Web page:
(Courtesy of Seeach Sod) Since 2013, the Shabbos Project, known by its slogan #Keeping it together, has grown from a local experiment in South Africa to an annual event that unites over 1 million Jews of all stripes and affiliations from the four corners of the globe. Starting with Erev Shabbos challah bakes, through a
(Courtesy of Darkaynu) Twenty teens and young adults arrived this week from the US, Canada and England to participate in the Elaine and Norm Brodsky Darkaynu Program, designed to allow students with special needs to benefit from the “year in Israel” experience.
Founded in 2003 by the Ohr
The abortion debate in America can often leave observant Jews feeling like outsiders. The two sides, often dubbed “pro-life” and “pro-choice,” don’t quite fit into the halachic paradigm. It therefore leaves some of us trying to navigate the space with uncertainty.
While the Torah doesn’t
This past week our freshmen went on their annual hike. Our freshman hike is an integral team-building activity that contributes to the unification of the grade and it is thoughtfully coordinated with one goal in mind: relationship building. I love the hike and enjoy participating. As hike day approached, and I was looking ahead at the
Shoshanah Susie Meyersdorf, aka Morah Shoshanah, is a born teacher. Her goal is her students’ success and she uses all of her considerable talents to connect with them and ensure they meet their potential.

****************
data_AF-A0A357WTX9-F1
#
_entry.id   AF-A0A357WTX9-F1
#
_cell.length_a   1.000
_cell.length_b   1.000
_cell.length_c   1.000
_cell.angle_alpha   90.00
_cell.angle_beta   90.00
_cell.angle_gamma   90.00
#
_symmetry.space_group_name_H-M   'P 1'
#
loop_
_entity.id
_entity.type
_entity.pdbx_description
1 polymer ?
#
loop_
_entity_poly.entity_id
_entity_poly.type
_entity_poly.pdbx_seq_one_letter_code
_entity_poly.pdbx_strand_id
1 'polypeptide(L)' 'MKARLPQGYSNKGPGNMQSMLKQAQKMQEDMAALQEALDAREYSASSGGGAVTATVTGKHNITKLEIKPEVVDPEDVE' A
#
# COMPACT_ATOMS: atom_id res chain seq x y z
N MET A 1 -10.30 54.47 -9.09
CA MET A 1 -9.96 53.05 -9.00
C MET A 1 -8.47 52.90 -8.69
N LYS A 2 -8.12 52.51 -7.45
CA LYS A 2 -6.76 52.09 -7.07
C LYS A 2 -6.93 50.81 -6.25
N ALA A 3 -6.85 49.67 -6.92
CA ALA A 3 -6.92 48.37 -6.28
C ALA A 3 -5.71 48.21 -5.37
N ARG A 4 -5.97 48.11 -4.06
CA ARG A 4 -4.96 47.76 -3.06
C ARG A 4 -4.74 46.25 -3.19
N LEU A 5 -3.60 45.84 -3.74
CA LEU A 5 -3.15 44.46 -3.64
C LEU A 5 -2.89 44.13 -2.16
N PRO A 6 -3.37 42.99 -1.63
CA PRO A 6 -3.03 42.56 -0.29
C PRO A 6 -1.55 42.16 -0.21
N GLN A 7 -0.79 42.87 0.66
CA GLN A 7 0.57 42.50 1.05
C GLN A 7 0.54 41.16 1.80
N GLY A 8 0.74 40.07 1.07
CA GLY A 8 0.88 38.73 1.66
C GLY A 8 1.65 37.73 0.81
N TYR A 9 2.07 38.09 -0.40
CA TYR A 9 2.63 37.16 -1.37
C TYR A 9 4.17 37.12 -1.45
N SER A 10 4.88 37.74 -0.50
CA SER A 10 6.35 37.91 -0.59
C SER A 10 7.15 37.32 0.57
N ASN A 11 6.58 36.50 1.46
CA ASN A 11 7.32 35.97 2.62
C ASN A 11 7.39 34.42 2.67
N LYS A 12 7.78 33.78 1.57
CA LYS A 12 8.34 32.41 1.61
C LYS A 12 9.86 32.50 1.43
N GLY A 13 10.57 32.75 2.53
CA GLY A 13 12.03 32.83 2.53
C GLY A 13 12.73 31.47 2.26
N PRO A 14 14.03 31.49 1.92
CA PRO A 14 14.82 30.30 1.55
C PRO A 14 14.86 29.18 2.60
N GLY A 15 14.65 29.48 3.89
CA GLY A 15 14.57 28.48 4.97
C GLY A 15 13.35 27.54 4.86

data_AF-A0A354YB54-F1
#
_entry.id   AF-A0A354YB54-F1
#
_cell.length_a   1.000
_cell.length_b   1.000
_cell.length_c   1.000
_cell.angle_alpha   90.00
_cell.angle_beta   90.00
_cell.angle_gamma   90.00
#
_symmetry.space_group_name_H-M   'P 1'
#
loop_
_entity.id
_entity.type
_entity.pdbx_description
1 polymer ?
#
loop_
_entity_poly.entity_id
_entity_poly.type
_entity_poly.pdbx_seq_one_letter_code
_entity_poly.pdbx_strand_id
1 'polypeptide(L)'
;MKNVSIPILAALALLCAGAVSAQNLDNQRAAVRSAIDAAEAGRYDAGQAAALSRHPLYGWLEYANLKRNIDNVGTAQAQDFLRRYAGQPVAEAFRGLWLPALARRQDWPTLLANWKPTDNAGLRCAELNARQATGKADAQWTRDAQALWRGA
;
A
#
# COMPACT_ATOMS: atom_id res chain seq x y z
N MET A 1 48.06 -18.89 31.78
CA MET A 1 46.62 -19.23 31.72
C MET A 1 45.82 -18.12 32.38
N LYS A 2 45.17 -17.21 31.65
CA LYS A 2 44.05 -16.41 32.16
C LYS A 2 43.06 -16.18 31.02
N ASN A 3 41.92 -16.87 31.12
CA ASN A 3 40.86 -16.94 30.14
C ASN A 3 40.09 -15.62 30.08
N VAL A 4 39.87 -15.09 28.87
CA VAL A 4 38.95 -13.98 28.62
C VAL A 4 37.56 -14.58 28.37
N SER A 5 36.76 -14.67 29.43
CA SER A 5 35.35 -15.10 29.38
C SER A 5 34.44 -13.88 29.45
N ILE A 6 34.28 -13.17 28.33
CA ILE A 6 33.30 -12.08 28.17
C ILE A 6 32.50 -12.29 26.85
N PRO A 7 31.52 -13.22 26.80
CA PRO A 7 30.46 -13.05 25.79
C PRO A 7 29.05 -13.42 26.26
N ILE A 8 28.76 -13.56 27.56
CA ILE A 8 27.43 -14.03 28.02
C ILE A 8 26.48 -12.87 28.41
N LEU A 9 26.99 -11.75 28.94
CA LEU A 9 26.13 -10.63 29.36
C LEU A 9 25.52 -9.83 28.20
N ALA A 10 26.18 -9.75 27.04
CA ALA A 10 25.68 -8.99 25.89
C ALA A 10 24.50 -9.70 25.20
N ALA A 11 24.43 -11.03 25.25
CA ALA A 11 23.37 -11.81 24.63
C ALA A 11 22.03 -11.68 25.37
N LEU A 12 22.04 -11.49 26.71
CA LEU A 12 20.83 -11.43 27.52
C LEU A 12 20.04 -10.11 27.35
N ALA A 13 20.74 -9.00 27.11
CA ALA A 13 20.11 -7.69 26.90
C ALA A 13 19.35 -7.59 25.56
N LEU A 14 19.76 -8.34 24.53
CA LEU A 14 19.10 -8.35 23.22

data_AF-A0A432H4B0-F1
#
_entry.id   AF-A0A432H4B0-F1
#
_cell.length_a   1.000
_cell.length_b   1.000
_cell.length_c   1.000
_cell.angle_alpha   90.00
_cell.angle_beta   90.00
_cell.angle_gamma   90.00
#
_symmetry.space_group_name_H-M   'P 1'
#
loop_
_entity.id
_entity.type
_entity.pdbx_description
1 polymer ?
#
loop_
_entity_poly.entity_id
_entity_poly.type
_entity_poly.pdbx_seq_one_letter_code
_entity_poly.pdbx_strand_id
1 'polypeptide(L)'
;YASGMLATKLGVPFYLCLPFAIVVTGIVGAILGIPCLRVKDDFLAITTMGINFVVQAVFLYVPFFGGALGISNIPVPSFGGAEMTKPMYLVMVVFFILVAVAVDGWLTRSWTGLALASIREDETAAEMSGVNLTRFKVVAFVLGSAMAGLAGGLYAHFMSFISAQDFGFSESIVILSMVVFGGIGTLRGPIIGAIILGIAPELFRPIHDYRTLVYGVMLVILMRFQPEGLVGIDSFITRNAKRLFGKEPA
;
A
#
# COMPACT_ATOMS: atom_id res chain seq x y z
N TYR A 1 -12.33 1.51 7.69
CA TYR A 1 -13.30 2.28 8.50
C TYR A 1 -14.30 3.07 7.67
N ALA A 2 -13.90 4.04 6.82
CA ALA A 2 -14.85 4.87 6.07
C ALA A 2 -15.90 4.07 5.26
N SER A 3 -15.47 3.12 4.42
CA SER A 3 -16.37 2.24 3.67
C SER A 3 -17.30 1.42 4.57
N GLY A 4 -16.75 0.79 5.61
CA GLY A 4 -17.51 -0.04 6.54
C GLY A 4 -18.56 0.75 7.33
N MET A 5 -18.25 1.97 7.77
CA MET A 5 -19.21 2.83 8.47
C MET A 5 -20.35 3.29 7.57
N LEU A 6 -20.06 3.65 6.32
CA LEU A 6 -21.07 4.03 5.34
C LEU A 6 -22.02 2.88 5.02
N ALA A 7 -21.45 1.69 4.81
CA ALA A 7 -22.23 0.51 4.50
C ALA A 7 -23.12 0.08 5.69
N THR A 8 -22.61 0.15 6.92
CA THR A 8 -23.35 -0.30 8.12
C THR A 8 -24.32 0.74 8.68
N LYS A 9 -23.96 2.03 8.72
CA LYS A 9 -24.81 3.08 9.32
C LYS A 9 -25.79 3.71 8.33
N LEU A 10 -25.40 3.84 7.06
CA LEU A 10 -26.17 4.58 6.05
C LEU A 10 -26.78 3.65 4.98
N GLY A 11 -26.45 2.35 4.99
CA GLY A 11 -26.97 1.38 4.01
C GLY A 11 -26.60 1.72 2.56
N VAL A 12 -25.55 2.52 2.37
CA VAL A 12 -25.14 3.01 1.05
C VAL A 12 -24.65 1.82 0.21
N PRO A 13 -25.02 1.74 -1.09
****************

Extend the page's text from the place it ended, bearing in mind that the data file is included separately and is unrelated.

Meyersdorf has been teaching for over 30 years. She began her career in psychology but
October is ADHD Awareness Month, Learning Disabilities Awareness Month and Selective Mutism Awareness Month. These developmental disorders, along with high-functioning autism, are the ones most frequently seen in our students at The Springboard School. This October focus has led me to reflect on the hundreds of
Once upon a time, a teacher could walk into a classroom, begin to speak, write on the board and hold the students in the palm of his hand.
Those days are past.
The Collaborative for Applied Studies in Jewish Education (CASJE) is a community of researchers, practitioners and policymakers dedicated to improving the quality of knowledge that can be used to guide Jewish education and learning. This recent study is the fourth of a series that shares findings on career trajectories of Jewish
When I worked in Hollywood I was extremely devoted to my career. So much so that when a colleague would occasionally make the rounds to say goodbye because he or she was off to another career endeavor—no doubt one that allowed a personal life—I would feel a twinge of pity for them. What was it about this lifestyle they
It has been 16 years to the day from Hurricane Katrina to Hurricane Ida. What has happened in 16 years? Here’s what I know.
As I walked into the world-famous Café Du Monde, the staff that I know so well said, “Thank you for your service. Thank you for coming back time and time again. We
Rabbi Dr. Moshe Tendler, zt”l, and I interacted on only three occasions, but as a woman, daughter and mother who principally functions outside the mainstream yeshiva world, they remain indelible memories. Rabbi Tendler was clearly a Torah giant, a distinguished scientist and an unparalleled medical ethicist, but what resonated with me